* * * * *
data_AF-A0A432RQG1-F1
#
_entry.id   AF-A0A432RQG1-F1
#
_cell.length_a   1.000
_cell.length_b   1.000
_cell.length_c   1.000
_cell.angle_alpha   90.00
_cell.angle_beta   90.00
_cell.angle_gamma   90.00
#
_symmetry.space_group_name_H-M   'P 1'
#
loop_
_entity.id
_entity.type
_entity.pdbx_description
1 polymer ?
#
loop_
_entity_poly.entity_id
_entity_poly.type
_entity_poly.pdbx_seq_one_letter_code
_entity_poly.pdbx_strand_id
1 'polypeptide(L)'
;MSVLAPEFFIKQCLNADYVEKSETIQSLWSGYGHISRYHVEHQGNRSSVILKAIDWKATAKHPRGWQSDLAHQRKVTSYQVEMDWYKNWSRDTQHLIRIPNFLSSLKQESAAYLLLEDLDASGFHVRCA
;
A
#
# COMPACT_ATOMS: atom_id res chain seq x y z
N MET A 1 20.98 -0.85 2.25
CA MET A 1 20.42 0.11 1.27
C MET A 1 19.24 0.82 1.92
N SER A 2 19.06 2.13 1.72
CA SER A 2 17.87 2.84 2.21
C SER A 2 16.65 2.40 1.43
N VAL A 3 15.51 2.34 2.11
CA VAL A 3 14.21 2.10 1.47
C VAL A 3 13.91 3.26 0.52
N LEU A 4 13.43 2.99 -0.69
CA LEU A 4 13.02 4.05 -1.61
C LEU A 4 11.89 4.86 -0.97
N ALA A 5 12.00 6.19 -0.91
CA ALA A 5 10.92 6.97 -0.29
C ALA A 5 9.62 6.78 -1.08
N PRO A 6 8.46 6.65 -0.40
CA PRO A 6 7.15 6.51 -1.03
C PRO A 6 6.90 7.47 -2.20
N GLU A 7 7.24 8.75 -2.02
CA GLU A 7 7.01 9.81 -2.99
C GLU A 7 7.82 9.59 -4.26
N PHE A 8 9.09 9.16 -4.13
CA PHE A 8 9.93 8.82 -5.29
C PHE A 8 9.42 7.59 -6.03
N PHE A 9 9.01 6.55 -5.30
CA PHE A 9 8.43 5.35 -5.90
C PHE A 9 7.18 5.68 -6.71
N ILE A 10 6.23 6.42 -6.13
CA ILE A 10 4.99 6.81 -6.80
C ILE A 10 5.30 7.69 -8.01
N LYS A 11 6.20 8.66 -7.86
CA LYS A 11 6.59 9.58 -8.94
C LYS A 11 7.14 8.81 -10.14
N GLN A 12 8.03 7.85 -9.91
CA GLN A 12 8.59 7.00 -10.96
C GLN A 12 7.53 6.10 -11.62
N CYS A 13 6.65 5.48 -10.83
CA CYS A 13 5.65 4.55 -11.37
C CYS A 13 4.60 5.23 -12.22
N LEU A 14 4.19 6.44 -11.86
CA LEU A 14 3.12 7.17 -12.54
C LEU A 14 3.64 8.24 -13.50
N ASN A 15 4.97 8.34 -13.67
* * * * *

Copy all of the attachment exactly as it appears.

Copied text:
data_AF-A0A432RQG1-F1
#
_entry.id   AF-A0A432RQG1-F1
#
_cell.length_a   1.000
_cell.length_b   1.000
_cell.length_c   1.000
_cell.angle_alpha   90.00
_cell.angle_beta   90.00
_cell.angle_gamma   90.00
#
_symmetry.space_group_name_H-M   'P 1'
#
loop_
_entity.id
_entity.type
_entity.pdbx_description
1 polymer ?
#
loop_
_entity_poly.entity_id
_entity_poly.type
_entity_poly.pdbx_seq_one_letter_code
_entity_poly.pdbx_strand_id
1 'polypeptide(L)'
;MSVLAPEFFIKQCLNADYVEKSETIQSLWSGYGHISRYHVEHQGNRSSVILKAIDWKATAKHPRGWQSDLAHQRKVTSYQVEMDWYKNWSRDTQHLIRIPNFLSSLKQESAAYLLLEDLDASGFHVRCA
;
A
#
# COMPACT_ATOMS: atom_id res chain seq x y z
N MET A 1 20.98 -0.85 2.25
CA MET A 1 20.42 0.11 1.27
C MET A 1 19.24 0.82 1.92
N SER A 2 19.06 2.13 1.72
CA SER A 2 17.87 2.84 2.21
C SER A 2 16.65 2.40 1.43
N VAL A 3 15.51 2.34 2.11
CA VAL A 3 14.21 2.10 1.47
C VAL A 3 13.91 3.26 0.52
N LEU A 4 13.43 2.99 -0.69
CA LEU A 4 13.02 4.05 -1.61
C LEU A 4 11.89 4.86 -0.97
N ALA A 5 12.00 6.19 -0.91
CA ALA A 5 10.92 6.97 -0.29
C ALA A 5 9.62 6.78 -1.08
N PRO A 6 8.46 6.65 -0.40
CA PRO A 6 7.15 6.51 -1.03
C PRO A 6 6.90 7.47 -2.20
N GLU A 7 7.24 8.75 -2.02
CA GLU A 7 7.01 9.81 -2.99
C GLU A 7 7.82 9.59 -4.26
N PHE A 8 9.09 9.16 -4.13
CA PHE A 8 9.93 8.82 -5.29
C PHE A 8 9.42 7.59 -6.03
N PHE A 9 9.01 6.55 -5.30
CA PHE A 9 8.43 5.35 -5.90
C PHE A 9 7.18 5.68 -6.71
N ILE A 10 6.23 6.42 -6.13
CA ILE A 10 4.99 6.81 -6.80
C ILE A 10 5.30 7.69 -8.01
N LYS A 11 6.20 8.66 -7.86
CA LYS A 11 6.59 9.58 -8.94
C LYS A 11 7.14 8.81 -10.14
N GLN A 12 8.03 7.85 -9.91
CA GLN A 12 8.59 7.00 -10.96
C GLN A 12 7.53 6.10 -11.62
N CYS A 13 6.65 5.48 -10.83
CA CYS A 13 5.65 4.55 -11.37
C CYS A 13 4.60 5.23 -12.22
N LEU A 14 4.19 6.44 -11.86
CA LEU A 14 3.12 7.17 -12.54
C LEU A 14 3.64 8.24 -13.50
N ASN A 15 4.97 8.34 -13.67